An Authors’ Licensing and Collecting Society’s report published in the summer found that earnings from writing had fallen by 15 per cent since 2013. The median annual income of a professional author, it revealed, is now £10,500 (well below the Joseph Rowntree Fund’s definition of the 2017 minimum income standard of £17,900). As winter arrives, imagine the scene: struggling authors in their cold and gloomy garrets trying to keep their fingers from freezing over their keyboards… But, as Robbie Millen recently pointed out in the Times, there is potentially a new source of income with the arrival of streaming services such as Netflix and Amazon. It means there is a huge demand for content, and novels ‘are obvious candidates’.
Some of the most admired recent television dramas are adaptations of contemporary novels – Margaret Atwood’s The Handmaid’s Tale, Edward St Aubyn’s series of Melrose novels, Hilary Mantel’s Wolf Hall, to name just three. Plus, of course, John le Carré’s Little Drummer Girl (1983), which has just hit our telly screens on Sundays. And it’s not only fiction: Misha Glenny’s 2008 Mcmafia became a hugely popular television thriller at the beginning of the year.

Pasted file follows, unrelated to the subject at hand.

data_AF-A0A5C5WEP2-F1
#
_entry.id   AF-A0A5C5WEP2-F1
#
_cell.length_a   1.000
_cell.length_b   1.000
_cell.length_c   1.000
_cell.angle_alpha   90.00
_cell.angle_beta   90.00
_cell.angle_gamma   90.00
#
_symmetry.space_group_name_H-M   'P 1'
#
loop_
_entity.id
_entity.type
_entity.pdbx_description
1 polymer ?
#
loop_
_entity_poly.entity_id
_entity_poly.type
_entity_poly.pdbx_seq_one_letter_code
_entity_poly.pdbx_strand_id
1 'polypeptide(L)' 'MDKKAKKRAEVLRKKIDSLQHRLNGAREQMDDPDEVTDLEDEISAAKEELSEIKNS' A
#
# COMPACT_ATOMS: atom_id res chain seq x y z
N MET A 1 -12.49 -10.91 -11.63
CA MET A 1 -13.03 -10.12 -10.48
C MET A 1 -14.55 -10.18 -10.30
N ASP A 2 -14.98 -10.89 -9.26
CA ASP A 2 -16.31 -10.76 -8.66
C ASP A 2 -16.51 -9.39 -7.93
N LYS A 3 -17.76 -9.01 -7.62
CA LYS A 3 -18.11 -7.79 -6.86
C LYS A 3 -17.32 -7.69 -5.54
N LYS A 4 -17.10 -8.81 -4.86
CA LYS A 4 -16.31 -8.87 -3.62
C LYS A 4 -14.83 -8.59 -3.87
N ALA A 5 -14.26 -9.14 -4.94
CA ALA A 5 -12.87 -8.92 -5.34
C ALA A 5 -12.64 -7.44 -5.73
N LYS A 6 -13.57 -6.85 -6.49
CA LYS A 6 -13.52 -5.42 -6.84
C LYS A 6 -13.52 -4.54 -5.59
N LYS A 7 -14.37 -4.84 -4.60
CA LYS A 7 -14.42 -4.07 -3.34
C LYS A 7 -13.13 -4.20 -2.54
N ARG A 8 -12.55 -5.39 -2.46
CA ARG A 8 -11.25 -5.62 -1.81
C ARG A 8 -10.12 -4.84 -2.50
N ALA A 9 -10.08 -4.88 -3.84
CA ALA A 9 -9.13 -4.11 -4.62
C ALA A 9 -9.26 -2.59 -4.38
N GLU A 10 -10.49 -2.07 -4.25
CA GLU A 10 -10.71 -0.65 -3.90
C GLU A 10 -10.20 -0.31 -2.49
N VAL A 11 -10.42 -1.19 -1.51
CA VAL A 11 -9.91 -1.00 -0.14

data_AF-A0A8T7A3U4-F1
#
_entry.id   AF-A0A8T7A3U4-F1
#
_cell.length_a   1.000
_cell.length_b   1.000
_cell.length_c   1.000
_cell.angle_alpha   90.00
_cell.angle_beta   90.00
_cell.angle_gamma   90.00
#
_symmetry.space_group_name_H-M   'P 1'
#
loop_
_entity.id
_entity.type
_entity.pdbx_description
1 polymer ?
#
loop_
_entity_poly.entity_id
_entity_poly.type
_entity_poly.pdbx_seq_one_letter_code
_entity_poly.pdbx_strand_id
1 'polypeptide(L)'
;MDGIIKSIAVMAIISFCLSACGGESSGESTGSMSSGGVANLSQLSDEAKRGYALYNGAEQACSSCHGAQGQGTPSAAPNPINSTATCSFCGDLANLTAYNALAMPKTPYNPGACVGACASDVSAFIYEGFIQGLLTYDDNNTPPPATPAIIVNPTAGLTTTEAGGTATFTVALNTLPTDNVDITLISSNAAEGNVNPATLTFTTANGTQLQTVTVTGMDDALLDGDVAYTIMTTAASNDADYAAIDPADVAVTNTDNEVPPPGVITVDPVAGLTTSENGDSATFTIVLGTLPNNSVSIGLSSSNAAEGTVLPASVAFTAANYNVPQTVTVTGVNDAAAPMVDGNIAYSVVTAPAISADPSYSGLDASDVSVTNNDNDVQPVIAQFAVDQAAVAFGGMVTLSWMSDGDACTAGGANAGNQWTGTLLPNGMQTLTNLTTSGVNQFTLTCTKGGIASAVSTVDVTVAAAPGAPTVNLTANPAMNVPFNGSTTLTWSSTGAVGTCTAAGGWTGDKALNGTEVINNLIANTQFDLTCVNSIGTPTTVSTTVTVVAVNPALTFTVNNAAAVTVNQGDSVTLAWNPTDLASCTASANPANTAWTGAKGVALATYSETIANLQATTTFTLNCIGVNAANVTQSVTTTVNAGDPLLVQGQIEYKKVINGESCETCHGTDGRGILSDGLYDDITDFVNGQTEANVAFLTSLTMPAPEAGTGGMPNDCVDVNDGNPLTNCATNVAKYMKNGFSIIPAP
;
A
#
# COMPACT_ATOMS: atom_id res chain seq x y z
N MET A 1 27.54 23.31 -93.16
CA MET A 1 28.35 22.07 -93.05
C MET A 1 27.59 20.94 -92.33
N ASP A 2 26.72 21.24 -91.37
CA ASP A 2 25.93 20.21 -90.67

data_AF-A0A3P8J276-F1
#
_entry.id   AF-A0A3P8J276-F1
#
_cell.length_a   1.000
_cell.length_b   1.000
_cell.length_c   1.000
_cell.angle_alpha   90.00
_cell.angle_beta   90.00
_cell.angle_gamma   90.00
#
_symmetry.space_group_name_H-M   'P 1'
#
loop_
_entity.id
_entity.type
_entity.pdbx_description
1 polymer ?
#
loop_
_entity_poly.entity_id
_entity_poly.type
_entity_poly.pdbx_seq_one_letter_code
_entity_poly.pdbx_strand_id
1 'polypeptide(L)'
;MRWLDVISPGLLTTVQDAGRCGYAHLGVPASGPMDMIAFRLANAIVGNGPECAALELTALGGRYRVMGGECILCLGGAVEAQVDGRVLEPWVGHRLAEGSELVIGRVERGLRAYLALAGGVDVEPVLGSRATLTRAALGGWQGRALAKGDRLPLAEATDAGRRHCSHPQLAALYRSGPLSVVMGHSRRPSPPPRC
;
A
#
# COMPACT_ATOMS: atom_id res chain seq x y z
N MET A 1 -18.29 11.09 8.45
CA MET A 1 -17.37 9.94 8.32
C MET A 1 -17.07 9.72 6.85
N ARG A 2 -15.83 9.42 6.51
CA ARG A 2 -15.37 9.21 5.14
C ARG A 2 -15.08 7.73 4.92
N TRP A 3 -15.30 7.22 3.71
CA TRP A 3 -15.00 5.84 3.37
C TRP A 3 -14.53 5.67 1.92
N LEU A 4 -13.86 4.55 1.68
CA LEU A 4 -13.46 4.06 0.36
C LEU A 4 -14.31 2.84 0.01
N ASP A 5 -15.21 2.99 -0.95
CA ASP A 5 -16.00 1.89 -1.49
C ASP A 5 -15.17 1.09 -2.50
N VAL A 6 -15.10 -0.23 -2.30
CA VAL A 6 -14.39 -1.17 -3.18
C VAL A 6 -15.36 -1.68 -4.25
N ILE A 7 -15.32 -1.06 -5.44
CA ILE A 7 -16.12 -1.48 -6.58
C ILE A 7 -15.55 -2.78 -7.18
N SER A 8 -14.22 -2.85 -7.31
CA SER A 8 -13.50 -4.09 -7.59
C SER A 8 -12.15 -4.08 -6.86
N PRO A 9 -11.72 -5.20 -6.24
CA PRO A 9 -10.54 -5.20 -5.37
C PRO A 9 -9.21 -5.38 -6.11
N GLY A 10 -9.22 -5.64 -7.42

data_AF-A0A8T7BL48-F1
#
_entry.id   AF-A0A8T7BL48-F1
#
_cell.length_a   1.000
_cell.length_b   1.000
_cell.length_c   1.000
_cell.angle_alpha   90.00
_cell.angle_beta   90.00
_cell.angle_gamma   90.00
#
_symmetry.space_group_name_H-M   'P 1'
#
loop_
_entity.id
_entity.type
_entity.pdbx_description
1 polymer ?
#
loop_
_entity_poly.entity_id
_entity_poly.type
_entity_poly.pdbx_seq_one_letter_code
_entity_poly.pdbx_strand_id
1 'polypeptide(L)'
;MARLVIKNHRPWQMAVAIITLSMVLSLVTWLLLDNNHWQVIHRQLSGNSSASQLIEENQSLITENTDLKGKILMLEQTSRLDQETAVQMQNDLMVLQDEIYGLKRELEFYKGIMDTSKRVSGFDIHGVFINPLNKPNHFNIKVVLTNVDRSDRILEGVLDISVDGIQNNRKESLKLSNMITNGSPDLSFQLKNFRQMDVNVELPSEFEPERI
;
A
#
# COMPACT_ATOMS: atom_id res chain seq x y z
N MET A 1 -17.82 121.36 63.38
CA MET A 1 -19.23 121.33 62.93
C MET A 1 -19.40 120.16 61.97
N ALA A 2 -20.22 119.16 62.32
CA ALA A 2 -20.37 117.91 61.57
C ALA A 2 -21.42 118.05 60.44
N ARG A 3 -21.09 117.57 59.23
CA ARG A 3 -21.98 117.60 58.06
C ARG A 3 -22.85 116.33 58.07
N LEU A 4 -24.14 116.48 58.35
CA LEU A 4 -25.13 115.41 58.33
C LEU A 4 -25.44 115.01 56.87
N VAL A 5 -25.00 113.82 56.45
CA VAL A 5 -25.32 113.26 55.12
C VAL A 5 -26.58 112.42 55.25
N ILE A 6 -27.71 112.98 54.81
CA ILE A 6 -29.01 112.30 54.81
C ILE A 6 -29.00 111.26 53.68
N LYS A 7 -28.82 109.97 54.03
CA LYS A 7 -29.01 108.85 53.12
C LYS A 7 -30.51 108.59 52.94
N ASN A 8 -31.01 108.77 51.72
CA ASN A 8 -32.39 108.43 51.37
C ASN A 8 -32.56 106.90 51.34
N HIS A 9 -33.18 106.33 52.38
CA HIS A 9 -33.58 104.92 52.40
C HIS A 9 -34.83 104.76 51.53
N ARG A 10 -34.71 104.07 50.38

Wolf Hall won the Booker Prize and The Handmaid’s Tale was shortlisted. This year’s winner is Milkman by Anna Burns (see page 30). Reviews at its time of publication were not all complimentary (‘a long slog’ was one description) but the Booker Prize chairman, Kwame Anthony Appiah, suggested that people who found it a difficult read should try to read it aloud – so maybe it’s suitable for the screen? And if you look inside, there are several novels that also might make the big time: how about Karl Ove Knausgaard’s My Struggle? Or William Boyd’s Love Is Blind or Paris Echo by Sebastian Faulks (these last two authors, of course, being veterans of the book-to-screen genre)? Destined for the screen or not, there are lots of immensely enjoyable books inside. Take a look. Liz Anderson